by Arlene Abend, Hilary Gifford and Jeff                          a popular Facebook page “You Can’t Drink                                “This doesn’t ban hydrofracking,” said            The Marcellus shale derives its name from
Schuessler. On yet another front, Delavan                         Money” along with musician George Rossi                             Brazak when reached by telephone two days          the Onondaga County town where the shale
hosted a successful fiber-art exhibition.                         and nonprofit consultant Julie Benzo. The                           after the DEC announced it would require           touches the surface of the earth. The shale
    There was partnership with community                          site has garnered more than 3,000 friends in a                      a separate, and presumably more stringent,         extends all the way to West Virginia, and it is
groups. The gallery displayed seven exhibits                      matter of months and tries to serve as a clear-                     process for the issuance of permits to frack       believed it could yield hundreds of trillions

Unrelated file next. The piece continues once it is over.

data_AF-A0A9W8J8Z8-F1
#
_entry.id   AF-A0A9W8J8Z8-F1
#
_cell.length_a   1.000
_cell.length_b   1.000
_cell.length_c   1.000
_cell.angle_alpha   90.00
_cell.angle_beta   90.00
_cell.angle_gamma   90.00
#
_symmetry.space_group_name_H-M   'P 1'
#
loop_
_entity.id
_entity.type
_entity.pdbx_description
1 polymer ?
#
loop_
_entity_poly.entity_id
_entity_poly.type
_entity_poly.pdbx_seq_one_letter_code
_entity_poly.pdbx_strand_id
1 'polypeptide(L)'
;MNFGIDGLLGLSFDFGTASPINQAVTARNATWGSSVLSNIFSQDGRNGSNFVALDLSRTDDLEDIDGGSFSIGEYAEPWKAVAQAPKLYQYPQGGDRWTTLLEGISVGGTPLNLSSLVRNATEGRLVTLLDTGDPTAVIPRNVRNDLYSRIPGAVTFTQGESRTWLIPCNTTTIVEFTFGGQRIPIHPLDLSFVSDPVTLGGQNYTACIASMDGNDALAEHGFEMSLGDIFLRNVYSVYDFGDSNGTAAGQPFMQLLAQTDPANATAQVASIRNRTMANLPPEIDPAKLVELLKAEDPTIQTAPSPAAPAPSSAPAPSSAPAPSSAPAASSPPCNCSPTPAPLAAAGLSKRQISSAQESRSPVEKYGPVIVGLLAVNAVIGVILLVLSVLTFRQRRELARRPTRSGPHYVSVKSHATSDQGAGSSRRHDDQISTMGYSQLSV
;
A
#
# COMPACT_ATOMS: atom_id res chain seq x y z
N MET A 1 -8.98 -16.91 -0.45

featuring works created by students from two                      inghouse for the anti-frack forces.                                 in the areas surrounding Skaneateles Lake,         of cubic feet of natural gas. The gas can only
                                                                                                                                      the source of much of Syracuse’s drinking          profitably be extracted using a combina-
                                                                                                                                      water. “It just makes it uneconomic at this        tion of horizontal drilling and high-volume